“Rescued Hearts” by Hope Toler Dougherty

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Children’s clothing designer Mary Wade Kimball’s soft spot for animals leads to a hostage situation when she spots a briar- entangled kitten in front of an abandoned house. Beaten, bound, and gagged by the two thugs inside, Mary Wade loses hope for escape when a third villain returns with supplies.

Discovering the kidnapped woman ratchets the complications for undercover agent Brett Davis. Weighing the difference of ruining his three months’ investigation against the woman’s safety, Brett forsakes his mission and helps her escape, the bent-on-revenge brutes following behind.

When Mary Wade’s safety is threatened once more, Brett rescues her again. This time, her personal safety isn’t the only thing in jeopardy. Her heart is endangered as well.

 
Rescued Hearts
 
 Dougherty packs the plot of Rescued Hearts full of action from the very first page to the last!  When I read that the main character was a clothing designer, I somehow figured the story would be mostly sweet romance, but while that element is there, Rescued Hearts is much, much more.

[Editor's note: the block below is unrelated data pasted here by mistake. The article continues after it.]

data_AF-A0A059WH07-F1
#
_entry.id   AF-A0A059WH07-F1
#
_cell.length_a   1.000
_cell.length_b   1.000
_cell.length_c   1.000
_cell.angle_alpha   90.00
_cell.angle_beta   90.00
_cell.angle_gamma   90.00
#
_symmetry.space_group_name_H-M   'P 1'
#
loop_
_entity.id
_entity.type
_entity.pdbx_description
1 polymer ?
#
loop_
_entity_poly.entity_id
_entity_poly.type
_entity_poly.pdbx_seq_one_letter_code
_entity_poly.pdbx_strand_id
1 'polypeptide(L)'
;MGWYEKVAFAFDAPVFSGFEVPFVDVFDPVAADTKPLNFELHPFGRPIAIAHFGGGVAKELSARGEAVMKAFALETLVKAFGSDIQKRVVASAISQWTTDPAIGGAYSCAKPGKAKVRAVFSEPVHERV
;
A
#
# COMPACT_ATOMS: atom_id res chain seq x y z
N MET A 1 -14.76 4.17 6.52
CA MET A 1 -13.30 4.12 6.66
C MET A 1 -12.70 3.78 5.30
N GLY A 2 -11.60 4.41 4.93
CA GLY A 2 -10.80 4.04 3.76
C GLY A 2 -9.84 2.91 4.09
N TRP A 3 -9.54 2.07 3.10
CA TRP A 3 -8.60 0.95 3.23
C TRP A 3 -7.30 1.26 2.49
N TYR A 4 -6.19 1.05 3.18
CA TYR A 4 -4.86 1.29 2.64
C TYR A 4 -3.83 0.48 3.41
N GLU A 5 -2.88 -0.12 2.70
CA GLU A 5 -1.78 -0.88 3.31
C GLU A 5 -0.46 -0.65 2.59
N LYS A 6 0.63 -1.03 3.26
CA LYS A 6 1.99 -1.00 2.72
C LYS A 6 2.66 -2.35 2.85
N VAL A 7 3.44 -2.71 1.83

That action starts off at the very beginning and rises throughout.  It never feels scary, which I appreciate, but Mary Wade finds herself in some really tough situations.  I enjoyed Brett’s changing roles and the way that his experience and job adds to the action, both physical and emotional.
 
Both kinds of action are there.  Dougherty uses lots of physical action to advance the plot, but there’s a lot of emotional and spiritual drama going on, too.  Mary Wade and Brett both have spiritual lessons to learn, and they are very relatable.  
 
I love the way that Dougherty describes Mary Wade without using words.  She uses incidents and story sketches to show the reader who her characters really are, and I love that skill.  Bringing the past into the present in small bits and pieces throughout the story ups the suspense factor and is another talent of this author.
 
I love mystery and suspense stories, and Rescued Hearts ranks right up there with Colleen Coble or Teri Blackstock.  I can’t wait for the next one!
 
I received a free copy of this book from LitFuse Publicity.  All opinions are my own.

The KJV Know the Word Study Bible Review